Friends of the Earth: The environment chapter, which actually only deals with a narrow range of conservation measures, is largely unenforceable and is substantially weaker than trade deal conservation provisions negotiated by President George W. Bush. In fact, the office of the U.S. Trade Representative has never brought suit or otherwise effectively enforced trade deal conservation obligations. The TPP investment chapter would allow firms to sue governments for billions in money damages if climate, environmental or public health regulations interfere with expected future profits. The TPP is designed to protect “free trade” in dirty energy products such as tar sands oil, coal from the Powder River Basin, and liquefied natural gas shipped out of West Coast ports. The result would be more climate change from carbon emissions across the Pacific.

Sierra Club: The chapter excludes core environmental commitments that have been included in all U.S. trade agreements since 2007 and fails to meet the minimum degree of environmental protection required under the Bipartisan Congressional Trade Priorities and Accountability Act of 2015, also referred to as “fast track.” Even more, it falls far short of the meaningful protections called for by environmental groups including the Sierra Club, the nation’s oldest and largest grassroots environmental organization. Provisions in the text that have been touted as new are generally hampered by weak language that would not adequately protect the environment.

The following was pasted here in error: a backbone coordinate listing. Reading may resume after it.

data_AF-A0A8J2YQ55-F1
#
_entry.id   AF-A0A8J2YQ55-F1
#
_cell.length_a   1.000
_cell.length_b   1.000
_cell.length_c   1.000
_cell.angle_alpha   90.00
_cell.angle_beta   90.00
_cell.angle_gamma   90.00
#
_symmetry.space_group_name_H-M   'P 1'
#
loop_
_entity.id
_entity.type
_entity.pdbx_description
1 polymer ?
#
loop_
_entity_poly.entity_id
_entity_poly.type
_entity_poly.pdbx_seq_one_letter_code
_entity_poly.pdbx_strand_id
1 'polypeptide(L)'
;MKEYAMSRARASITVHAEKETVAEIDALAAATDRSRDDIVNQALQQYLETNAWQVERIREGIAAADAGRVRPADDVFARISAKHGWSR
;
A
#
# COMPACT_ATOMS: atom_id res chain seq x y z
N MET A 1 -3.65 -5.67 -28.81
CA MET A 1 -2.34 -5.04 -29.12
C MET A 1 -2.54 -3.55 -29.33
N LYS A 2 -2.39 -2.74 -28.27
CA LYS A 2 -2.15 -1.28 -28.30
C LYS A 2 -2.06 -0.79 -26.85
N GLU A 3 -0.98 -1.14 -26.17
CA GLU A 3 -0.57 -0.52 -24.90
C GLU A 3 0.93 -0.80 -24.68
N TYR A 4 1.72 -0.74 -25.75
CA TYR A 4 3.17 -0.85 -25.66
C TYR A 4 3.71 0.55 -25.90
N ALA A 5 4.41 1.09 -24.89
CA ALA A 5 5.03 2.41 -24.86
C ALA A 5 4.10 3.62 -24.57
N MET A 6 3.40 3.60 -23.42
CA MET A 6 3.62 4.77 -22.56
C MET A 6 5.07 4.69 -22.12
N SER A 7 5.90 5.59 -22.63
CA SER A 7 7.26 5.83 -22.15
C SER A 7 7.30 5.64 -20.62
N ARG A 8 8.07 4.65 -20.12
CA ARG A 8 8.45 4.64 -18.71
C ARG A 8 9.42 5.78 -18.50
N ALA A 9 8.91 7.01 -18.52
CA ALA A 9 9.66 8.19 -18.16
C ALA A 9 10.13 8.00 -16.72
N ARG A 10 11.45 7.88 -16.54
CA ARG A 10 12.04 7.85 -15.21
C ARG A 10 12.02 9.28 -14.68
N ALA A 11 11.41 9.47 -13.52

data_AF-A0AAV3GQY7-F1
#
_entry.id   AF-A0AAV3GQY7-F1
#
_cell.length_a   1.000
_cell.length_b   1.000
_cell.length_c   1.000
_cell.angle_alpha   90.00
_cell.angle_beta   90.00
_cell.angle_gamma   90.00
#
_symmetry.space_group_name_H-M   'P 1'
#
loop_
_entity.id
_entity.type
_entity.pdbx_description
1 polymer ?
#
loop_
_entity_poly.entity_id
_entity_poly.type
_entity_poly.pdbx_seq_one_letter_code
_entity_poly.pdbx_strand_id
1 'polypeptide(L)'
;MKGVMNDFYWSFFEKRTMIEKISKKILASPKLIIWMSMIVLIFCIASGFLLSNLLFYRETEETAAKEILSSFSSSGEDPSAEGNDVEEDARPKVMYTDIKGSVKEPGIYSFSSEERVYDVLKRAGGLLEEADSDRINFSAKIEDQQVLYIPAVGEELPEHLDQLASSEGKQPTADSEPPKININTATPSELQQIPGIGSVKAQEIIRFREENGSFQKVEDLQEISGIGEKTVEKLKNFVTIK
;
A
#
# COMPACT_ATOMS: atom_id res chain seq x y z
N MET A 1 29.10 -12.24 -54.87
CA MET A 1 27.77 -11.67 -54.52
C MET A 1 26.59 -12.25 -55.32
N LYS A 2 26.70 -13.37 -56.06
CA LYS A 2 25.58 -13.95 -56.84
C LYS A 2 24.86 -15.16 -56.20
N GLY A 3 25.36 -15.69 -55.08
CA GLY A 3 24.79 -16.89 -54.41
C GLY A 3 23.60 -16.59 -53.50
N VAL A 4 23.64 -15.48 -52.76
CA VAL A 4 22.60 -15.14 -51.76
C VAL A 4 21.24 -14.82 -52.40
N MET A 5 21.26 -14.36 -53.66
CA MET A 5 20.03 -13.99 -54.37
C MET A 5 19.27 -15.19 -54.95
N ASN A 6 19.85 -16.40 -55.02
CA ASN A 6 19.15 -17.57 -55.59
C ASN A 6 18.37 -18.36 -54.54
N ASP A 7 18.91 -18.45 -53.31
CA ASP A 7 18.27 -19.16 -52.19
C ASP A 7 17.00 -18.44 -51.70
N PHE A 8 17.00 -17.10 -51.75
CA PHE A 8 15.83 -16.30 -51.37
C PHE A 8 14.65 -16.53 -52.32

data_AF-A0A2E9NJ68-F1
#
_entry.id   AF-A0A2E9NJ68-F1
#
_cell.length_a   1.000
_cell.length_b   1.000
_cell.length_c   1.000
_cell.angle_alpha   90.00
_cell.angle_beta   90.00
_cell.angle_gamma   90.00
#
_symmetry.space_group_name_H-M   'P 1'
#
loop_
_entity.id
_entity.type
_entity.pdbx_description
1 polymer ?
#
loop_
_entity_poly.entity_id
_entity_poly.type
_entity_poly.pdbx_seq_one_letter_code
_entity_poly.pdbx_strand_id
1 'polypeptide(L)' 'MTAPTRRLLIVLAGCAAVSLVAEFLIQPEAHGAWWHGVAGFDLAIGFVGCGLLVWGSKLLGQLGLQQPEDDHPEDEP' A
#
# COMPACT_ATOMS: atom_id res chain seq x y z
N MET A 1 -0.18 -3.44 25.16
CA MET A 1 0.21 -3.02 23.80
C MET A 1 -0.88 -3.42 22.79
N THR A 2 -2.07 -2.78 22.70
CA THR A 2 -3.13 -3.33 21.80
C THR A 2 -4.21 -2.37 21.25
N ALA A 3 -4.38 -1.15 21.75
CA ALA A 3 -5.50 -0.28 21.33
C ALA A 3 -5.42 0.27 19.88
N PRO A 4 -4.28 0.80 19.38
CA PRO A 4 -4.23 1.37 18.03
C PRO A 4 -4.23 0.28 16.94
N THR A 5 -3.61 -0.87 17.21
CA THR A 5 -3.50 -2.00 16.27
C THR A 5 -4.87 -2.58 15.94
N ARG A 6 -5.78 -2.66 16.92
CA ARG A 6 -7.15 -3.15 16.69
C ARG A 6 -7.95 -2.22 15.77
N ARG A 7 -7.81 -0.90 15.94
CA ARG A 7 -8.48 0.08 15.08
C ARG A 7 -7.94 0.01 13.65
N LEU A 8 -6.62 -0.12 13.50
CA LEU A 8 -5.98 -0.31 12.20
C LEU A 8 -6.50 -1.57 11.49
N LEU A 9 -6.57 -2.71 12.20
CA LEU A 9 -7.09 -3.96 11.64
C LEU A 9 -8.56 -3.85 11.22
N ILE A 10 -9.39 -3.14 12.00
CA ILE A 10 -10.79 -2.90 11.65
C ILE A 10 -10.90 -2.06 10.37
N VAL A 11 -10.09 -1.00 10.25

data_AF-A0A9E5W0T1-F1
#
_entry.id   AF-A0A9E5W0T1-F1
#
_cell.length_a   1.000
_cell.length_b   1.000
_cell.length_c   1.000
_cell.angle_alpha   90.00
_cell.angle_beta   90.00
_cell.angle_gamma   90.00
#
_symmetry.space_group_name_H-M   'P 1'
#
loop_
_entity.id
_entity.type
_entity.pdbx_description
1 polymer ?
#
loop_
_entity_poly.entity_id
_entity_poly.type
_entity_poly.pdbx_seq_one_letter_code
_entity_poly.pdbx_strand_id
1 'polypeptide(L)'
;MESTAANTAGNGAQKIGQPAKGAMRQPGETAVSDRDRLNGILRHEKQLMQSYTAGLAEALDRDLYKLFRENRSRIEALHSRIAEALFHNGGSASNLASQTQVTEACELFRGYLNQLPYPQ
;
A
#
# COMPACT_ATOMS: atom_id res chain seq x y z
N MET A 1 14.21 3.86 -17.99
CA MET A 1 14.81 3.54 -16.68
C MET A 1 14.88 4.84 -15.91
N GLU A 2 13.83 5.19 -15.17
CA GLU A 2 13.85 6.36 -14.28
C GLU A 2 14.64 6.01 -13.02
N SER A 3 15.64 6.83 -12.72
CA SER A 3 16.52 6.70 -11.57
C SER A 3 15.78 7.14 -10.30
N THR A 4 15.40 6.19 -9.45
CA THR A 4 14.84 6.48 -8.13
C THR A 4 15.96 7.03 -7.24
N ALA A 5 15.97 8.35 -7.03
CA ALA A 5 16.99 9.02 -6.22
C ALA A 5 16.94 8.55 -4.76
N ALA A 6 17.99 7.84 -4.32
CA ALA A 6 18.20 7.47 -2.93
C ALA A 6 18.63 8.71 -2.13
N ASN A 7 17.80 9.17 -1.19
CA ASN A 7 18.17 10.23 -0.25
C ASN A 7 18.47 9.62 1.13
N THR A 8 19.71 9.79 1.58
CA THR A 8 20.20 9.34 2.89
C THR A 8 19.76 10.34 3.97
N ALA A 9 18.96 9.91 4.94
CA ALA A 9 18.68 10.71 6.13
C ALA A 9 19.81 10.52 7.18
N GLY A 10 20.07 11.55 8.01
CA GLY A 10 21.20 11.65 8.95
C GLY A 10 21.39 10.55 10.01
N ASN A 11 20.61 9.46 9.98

The Natural Resources Defense Council: This trade agreement would allow foreign corporations to challenge our health, safety and environmental protections in a foreign tribunal outside our legal system, and it would weaken those bedrock safeguards in the United States. While there are some positive conservation measures, the agreement’s substantial shortcomings should lead Congress to reject it.